364. Myself, I would have said “whoops, pardon me!” in a sweet tone and gotten up and found another seat. My evil twin would have said to the boy, “Sweetie, listen to your grandma, I’m sure she’s always right.” When she protested that she was the boy’s mother, I would have said, “I think I know the difference.” And then would have changed my seat.

  365. i would have just thrown something at her. this is always my response. it never works, but it’s funny.

  366. I had one lady come over and watch me knit my socks and comment “I knit faster than you” and then wander off…

  367. Sometimes humor works with people like this — “Ooops, I better tell my editor. (Wink, whisper) I’ve written x number of books saying that this is knitting.” Just leave her wondering.

  368. How much you want to bet that she didn’t want to look bad in front of her kid for not knowing the difference?

  369. Give the woman the benefit of the doubt – assume she knows perfectly well who you are and is winding you up – giggle (or otherwise show your amusement – you’re younger than me, and I would giggle) and say “You nearly had me there – turn up to XYZ and I’ll sign you a copy of my next book”.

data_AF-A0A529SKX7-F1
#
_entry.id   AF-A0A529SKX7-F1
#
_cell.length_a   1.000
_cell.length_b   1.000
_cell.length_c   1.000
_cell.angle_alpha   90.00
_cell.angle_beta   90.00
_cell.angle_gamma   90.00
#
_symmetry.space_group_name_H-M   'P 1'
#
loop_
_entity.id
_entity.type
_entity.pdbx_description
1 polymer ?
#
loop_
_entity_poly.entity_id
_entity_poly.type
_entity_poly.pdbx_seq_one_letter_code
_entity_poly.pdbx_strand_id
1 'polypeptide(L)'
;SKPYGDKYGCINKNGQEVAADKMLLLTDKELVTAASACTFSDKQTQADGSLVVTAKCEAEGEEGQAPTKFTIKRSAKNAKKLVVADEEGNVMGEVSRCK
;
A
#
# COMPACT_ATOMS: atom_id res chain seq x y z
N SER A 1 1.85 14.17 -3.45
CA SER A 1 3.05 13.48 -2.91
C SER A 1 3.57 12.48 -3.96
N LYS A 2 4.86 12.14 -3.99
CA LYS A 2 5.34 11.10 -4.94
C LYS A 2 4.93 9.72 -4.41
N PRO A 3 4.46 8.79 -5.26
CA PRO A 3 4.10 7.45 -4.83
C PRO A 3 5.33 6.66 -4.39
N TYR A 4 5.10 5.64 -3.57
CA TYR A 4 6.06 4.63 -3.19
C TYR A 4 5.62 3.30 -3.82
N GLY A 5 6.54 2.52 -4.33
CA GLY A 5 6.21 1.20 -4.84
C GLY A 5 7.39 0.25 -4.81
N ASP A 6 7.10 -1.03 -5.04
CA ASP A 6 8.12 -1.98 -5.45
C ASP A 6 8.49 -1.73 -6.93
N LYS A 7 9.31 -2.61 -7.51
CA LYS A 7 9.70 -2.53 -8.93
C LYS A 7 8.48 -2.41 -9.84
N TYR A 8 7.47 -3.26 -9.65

370. The answer of course, is that an IDIOT says that. What you can say next time is, crochet always only uses 1 needle. Actually, it’s a hook not a needle and knitting uses a minimum of two needles, although they can be connnected to look like one. [and although the following is what my mother would have said, not yours, and it’s questionable whether it’s a good thing to say in front of the kid…) and crochet is MUCH easier than knitting. Her implicaiton being that knitting was low class. Since she was working class, it’s all kind of ridiculous. I recall at the age of 5 thinking that distinction between knitting and crochet was ridiculous. To my 6 year old hands, they were both easy, what was the big deal?